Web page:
I keep my old wallet, ripped out seams and all, as a memento of days gone by. The punch cards are in there with old receipts and to-do lists from my youth as an uncool high-school mom. They are in a box of “stuff I couldn’t part with” when my daughters went to college. Each daughter has their own box of “stuff.” Four years have gone by, and each year they take out their own box, tinker with the contents, throw out “trash” and keep the “good stuff.” The “just had to have” outfit from 10th grade (cost $$$ and sent my punch card to platinum status) was the first to go, but the team towels and band shirts stayed (“Mom, let’s make a quilt.”)
    This year my oldest daughter graduated from college, moved for a full time job and took her “stuff” with her. I went to reclaim her room: maybe a craft room, a nice guest room, or maybe just open space. (I’m thinking: Yoga on the rug without dog hair. Soft music while writing a friend. Space to occupy without guilt or hearing the dishwasher.) I approached these prospects with glee. Trash bag and vacuum in hand, I entered my daughter’s room cautiously. I had always kept honored their private space. Despite the move, the room was hardly empty. The closet was still full. The furniture was gone, but piles of stuff and dust fluffs remained, just as she had left them. She had told me that whatever was left I could throw or give away, or keep as I wished.
    Recall your punch cards. Like an archeologist, I studied the remains (oh, how my Master Card had bled), Among piles of clothes, underwear and shoes that didn’t fit, were worn out, or didn’t rate, the trappings of high school days were now starkly visible. The Homecoming mum was still hanging in the closet, with the prom dress, high heels and matching bag. In the corner, her favorite doll, tattered and threadbare from babyhood, was wrapped securely in its blanket. Her first ballet tutu and little pink shoes from age 6 were behind the formals. Along with those, the confirmation dress from age 13, the Invention Convention trophy from 8th grade, her cast from her broken leg in 9th grade, and her senior medals were all there. I found old class notes, ticket stubs, friends’ pictures, unmated socks, candy wrappers and dried up nail polish. The team t-shirts were bundled, ready to tackle as my next craft project. Her worn out track shoes and swimsuits filled the closet floor (I recalled the credit card bills:“*sigh*”.) Funny, I never thought of my old wallet, even though I still have it.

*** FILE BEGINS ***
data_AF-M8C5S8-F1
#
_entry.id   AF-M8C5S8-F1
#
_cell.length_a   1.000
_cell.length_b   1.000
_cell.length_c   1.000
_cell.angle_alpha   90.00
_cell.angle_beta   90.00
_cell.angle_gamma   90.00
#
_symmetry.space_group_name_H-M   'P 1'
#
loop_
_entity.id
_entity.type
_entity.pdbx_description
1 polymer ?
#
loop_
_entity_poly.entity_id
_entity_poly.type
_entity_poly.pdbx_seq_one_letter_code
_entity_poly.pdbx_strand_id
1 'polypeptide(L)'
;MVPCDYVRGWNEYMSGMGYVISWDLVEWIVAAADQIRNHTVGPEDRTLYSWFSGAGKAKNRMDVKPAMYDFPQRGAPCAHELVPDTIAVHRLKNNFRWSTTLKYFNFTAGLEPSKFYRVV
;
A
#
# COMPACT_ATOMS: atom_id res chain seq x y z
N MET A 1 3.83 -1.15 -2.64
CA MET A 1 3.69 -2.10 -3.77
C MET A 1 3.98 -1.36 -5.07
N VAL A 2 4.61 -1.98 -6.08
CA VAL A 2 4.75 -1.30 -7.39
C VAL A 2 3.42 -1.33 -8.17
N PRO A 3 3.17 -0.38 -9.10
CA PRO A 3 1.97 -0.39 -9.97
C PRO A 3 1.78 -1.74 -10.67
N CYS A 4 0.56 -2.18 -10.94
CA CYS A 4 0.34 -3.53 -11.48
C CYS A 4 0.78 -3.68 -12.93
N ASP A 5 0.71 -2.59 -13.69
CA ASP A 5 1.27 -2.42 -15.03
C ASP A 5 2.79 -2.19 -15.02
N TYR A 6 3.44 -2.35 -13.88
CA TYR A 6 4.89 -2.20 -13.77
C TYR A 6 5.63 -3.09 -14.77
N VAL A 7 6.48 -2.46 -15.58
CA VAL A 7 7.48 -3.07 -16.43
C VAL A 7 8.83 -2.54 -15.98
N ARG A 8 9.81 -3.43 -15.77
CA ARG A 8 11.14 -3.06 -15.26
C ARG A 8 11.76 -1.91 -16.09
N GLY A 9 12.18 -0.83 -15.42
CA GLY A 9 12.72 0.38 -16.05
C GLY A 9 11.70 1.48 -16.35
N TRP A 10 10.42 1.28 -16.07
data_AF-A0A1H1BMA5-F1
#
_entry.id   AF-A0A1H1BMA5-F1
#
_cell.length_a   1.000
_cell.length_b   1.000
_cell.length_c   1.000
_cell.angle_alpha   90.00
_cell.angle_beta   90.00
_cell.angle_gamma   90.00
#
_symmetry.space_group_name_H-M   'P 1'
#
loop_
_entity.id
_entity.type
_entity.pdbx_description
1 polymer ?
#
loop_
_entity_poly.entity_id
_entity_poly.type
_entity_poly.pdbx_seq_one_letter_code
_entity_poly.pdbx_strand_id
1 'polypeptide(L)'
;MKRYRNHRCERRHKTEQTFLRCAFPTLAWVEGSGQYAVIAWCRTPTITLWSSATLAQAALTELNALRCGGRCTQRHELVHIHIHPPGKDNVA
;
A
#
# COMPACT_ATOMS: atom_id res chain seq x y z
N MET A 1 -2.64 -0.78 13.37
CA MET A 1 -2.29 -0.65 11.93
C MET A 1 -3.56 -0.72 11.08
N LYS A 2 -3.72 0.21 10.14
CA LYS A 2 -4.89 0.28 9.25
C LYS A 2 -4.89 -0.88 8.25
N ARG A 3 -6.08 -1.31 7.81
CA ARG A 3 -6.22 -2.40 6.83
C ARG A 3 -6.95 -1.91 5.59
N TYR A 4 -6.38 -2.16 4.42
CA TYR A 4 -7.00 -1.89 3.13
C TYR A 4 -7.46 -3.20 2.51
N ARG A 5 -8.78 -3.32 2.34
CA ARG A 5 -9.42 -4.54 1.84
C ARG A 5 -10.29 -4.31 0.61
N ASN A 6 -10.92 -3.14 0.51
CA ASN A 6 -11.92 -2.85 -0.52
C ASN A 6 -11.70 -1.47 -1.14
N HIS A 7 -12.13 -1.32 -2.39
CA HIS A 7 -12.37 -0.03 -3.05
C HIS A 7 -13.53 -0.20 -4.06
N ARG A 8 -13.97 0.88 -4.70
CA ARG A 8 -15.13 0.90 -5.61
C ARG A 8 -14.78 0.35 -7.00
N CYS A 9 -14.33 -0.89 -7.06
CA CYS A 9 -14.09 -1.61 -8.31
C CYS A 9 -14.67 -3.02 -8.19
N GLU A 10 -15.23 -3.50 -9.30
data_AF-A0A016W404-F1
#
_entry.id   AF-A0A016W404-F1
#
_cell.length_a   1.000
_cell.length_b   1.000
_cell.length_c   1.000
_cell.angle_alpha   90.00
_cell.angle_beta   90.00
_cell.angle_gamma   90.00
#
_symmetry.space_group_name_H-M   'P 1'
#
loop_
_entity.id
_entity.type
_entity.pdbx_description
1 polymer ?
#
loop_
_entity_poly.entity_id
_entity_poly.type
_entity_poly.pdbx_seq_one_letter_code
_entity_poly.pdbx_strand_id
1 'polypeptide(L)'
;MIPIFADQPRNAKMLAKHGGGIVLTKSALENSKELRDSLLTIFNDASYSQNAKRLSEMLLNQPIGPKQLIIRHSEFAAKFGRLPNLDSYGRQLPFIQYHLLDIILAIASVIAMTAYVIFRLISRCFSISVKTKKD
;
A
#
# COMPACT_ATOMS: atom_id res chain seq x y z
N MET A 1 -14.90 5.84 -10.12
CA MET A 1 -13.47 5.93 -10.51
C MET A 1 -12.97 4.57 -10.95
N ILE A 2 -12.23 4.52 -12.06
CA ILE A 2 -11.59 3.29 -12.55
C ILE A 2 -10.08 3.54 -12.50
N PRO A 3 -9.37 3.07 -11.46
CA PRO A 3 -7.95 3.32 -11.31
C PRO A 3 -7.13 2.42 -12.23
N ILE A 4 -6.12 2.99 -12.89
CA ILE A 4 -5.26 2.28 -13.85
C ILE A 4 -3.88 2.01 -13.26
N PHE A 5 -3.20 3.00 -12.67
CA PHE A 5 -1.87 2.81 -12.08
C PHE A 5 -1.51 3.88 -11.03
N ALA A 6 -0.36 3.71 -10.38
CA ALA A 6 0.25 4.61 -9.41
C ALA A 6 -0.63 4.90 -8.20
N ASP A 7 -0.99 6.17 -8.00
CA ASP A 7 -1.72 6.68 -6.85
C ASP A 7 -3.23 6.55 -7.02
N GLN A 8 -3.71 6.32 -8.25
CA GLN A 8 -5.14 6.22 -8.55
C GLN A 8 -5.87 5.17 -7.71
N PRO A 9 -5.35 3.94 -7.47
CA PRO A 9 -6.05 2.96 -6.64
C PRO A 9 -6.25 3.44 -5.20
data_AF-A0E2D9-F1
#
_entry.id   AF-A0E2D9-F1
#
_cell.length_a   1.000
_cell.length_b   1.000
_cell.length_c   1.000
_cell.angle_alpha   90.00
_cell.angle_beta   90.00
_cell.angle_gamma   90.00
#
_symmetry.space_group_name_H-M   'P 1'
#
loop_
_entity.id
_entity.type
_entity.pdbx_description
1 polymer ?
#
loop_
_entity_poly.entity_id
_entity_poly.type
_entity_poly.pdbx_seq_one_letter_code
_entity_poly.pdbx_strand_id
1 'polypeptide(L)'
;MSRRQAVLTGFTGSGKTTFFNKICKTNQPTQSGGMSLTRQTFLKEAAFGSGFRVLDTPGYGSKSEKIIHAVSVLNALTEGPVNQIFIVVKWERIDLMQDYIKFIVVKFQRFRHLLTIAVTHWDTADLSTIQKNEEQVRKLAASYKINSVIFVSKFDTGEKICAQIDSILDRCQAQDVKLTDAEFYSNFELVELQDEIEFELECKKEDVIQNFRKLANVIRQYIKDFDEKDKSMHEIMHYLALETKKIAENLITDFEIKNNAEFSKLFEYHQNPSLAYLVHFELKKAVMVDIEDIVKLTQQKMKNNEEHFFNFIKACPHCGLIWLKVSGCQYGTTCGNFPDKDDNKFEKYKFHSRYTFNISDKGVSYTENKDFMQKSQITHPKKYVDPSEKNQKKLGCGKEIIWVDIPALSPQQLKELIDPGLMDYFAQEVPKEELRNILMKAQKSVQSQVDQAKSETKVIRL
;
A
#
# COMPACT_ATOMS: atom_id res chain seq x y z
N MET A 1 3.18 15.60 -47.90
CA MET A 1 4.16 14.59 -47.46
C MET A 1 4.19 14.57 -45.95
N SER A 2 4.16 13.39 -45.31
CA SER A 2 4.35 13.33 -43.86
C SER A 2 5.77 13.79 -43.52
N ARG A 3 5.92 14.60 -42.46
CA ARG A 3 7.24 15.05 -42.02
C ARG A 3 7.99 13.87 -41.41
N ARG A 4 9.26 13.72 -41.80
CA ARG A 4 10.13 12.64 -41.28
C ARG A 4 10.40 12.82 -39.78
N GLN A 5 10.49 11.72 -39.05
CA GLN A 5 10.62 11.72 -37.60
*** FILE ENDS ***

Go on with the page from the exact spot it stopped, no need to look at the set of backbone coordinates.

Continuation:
2. An update on Phase2:
    After weeks, I have not made progress turning my daughter’s bedroom into my personal haven. I blog to confess. I just don’t have the guts to throw out the tutu, the mum, or the Invention Convention trophy. They might need to stay. What to do, Uncool Mom? I called my daughter to make sure she really didn’t want these things; she said, “Mom, I really don’t care, but you should hang on to Darlene” (her doll.) Maybe the T-shirt quilt would be therapeutic. At least there isn’t any dog hair.
    Oh, yeah, about that wallet. I got a new one. It’s in great condition—there’s not a whole lot in it. My memory box, however, is full.